To survive in urban combat, the sniper must supplement cover and
concealment with camouflage. He must study the surroundings in the area to
properly camouflage himself. He must make the firing positions look like the
For instance, if there is no damage to buildings, he will
not make loopholes for firing and will use only the materials needed. Any
excess material can reveal
his position. For example, if defending the city
park, the sniper will use the entire park for resources; he will not denude a
small area near the position for camouflage material.
Buildings provide numerous concealed positions. Thick masonry,
stone, or brick walls offer excellent protection from direct fire and provide
concealed routes. If the tactical situation permits, the sniper will inspect
positions from the enemy’s viewpoint.
He will conduct routine checks to see if
the camouflage remains material-looking and actually conceals the position.
He should not remove his shirt because exposed skin reflects light and could
attract the enemy’s attention
When using urban camouflage techniques, the sniper must consider
wait a minute.......where the fuck did that come from?
God? . . . who the hell is he ? There is nothing here, at the
moment, but me and the desert. And that's the truth. Why confuse
the issue by dragging in a superfluous entity? Occam's razor.
Beyond atheism, nontheism. I am not an atheist but an earthiest.
Be true to the earth.
As if life weren't dangerous enough for a balloon animal, this little inflatable finds himself crawling through cacti. When he encounters a partner, however, they decide to laugh in the face of danger and dance their way to safety. But will they make it?
Is it possible for you to recall the last time you completely lost track of time, and had no desire at all to see how much time had passed by? Although such a question may seem fairly simplistic, it really is a radical idea. It is so easy today, to become wrapped up in civilizations ongoing demand for conformity.
What happened to the old days where it was possible to lose track of time and just enjoy the simplistic and basic beauty that nature has to offer. Due to the progression of civilization society has been deceived, enslaved, corrupted, and most of all detached from our natural and pure origins. Two writers that share these beliefs are Jean-Jacques Rousseau and Edward Abbey. Both writers propose the radical idea of abandoning the developing western civilization, and returning to a simpler form of life where man can once again be pure.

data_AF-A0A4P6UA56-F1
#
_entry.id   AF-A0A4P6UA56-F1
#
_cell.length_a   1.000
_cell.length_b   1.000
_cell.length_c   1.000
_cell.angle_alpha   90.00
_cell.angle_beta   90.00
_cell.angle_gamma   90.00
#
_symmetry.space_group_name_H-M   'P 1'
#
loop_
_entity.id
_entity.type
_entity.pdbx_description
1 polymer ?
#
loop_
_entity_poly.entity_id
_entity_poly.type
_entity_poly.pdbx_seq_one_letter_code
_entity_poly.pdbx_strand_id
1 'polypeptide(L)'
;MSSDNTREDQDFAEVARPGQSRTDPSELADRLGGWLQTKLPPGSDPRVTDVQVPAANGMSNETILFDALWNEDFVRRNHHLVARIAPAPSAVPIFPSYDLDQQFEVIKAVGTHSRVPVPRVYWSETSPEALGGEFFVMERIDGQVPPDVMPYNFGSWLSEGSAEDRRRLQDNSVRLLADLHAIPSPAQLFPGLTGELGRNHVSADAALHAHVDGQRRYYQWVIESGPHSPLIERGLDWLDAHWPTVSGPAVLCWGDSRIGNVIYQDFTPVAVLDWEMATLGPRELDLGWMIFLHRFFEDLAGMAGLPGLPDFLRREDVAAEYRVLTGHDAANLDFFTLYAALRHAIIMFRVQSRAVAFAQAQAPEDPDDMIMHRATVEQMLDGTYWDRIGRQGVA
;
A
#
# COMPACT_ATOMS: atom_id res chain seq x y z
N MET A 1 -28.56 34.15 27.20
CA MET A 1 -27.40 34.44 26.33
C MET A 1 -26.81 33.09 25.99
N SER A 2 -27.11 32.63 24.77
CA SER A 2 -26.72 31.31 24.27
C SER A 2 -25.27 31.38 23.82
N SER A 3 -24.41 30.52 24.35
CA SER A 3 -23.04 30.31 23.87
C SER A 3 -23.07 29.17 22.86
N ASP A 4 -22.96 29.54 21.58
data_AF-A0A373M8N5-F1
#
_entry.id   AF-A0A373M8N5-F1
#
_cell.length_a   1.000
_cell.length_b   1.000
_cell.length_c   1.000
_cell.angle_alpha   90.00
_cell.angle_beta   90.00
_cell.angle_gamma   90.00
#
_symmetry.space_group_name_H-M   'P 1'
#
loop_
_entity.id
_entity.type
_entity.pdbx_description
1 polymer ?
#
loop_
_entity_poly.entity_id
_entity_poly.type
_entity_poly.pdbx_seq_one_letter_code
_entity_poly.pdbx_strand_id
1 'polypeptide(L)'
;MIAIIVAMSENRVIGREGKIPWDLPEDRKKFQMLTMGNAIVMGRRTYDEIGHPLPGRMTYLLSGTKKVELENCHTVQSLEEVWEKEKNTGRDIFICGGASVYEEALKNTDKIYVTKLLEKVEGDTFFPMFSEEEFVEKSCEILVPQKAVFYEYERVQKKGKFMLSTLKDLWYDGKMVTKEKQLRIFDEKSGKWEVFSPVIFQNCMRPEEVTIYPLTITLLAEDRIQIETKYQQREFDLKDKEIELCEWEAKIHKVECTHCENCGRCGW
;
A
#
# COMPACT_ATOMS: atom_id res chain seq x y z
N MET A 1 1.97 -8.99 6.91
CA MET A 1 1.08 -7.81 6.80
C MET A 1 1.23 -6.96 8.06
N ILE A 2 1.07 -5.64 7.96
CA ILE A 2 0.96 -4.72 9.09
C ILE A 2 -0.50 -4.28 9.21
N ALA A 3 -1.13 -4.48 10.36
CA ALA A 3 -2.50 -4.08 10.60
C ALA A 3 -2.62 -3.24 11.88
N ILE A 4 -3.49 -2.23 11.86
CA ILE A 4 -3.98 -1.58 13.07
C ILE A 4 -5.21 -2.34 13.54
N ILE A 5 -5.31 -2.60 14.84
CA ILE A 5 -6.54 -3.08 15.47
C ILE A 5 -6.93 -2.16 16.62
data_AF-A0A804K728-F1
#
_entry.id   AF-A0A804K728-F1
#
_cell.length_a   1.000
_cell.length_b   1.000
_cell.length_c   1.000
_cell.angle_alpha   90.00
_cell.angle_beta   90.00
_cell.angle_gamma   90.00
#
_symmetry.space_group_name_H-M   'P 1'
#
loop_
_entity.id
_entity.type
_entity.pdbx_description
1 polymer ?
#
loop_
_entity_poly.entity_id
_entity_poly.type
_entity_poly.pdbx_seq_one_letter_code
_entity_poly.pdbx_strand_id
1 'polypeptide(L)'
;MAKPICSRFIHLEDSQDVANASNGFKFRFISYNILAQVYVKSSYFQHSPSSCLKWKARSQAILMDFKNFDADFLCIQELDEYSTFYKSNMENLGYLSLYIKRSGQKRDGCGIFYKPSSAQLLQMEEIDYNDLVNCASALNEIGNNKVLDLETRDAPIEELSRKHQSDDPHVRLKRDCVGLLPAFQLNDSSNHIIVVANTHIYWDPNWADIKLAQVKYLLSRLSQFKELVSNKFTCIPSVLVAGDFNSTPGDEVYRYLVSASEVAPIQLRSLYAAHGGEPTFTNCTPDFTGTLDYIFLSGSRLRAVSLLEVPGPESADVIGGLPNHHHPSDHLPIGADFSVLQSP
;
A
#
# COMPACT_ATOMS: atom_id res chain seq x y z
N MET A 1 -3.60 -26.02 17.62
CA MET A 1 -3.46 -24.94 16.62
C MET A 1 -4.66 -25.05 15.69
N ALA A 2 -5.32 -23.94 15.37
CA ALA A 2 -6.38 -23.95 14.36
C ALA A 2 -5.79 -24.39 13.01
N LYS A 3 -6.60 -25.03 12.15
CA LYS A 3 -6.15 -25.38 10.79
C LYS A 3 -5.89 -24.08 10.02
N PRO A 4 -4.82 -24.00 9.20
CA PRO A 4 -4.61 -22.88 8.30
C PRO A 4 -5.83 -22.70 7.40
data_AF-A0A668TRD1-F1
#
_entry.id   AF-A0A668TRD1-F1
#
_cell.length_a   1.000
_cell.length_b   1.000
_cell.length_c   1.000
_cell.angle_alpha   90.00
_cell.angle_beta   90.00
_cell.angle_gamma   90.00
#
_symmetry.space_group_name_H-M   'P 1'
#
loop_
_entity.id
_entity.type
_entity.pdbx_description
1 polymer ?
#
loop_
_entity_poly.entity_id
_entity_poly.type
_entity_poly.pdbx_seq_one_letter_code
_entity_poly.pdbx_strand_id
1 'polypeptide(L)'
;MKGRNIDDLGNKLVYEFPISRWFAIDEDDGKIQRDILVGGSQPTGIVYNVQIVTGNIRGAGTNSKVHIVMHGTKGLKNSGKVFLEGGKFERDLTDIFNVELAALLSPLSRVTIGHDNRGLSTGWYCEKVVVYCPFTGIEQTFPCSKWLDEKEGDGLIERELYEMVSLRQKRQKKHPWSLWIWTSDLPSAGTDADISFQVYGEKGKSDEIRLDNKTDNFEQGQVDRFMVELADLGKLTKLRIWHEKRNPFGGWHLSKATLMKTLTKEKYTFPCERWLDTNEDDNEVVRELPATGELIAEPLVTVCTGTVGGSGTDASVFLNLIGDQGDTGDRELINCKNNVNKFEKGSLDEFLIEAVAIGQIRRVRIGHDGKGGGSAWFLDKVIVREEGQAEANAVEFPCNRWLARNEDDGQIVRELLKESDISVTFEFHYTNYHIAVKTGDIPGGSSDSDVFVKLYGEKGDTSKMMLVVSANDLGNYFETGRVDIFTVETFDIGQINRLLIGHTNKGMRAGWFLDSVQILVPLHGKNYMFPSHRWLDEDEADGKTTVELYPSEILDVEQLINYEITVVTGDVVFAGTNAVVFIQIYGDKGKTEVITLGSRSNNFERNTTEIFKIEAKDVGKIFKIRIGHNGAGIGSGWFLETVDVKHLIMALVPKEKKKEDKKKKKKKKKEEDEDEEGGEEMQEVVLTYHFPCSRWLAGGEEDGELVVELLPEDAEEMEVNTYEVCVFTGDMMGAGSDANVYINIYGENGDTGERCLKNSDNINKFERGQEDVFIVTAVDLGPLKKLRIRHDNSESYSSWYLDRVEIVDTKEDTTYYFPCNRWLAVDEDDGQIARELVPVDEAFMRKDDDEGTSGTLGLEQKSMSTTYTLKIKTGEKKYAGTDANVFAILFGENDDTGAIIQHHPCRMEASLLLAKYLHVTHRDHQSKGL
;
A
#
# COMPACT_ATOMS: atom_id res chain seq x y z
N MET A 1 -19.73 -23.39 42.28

Rousseau represents his idea of the harmful effects that the arts and sciences have had on civilization when he states that, “the sciences, letters, and arts, less despotic and perhaps more powerful [than the government and laws], spread garlands of flowers over the iron chains with which men are burdened, stifle in them sense of that original liberty for which they seemed to have been born, make them love their slavery, and turn them into what is called civilized peoples”
Why does Rousseau condemn the arts, sciences, and modern advancements that have transformed us into the current world that we accept today? It is because such progressions that we have come to seek joy and comfort in are simply illusions distracting us from the fact that we are slaves to society.
We were once simple and pure human beings, but overtime have transformed into automatons. Our conversion began when the concept of ownership was introduced.
The sense of ownership led to greed, which then led to a whole new set of needs. This set of higher demands created a world where man was forced to conform to society,
Subconscious War is a video essay exploring the influences of media and the culture of violence on reality, and the cultivation of collective values in society. The film contrasts the writings of Aldous Huxley and Neil Postman’s grim assessments; relating the concepts of works such as ‘Brave New World’ and ‘Amusing Ourselves to Death’ to the current cultural influences that foster today–corporate media and indeed media saturation, video games, television, and a pervasive technoculture, for example.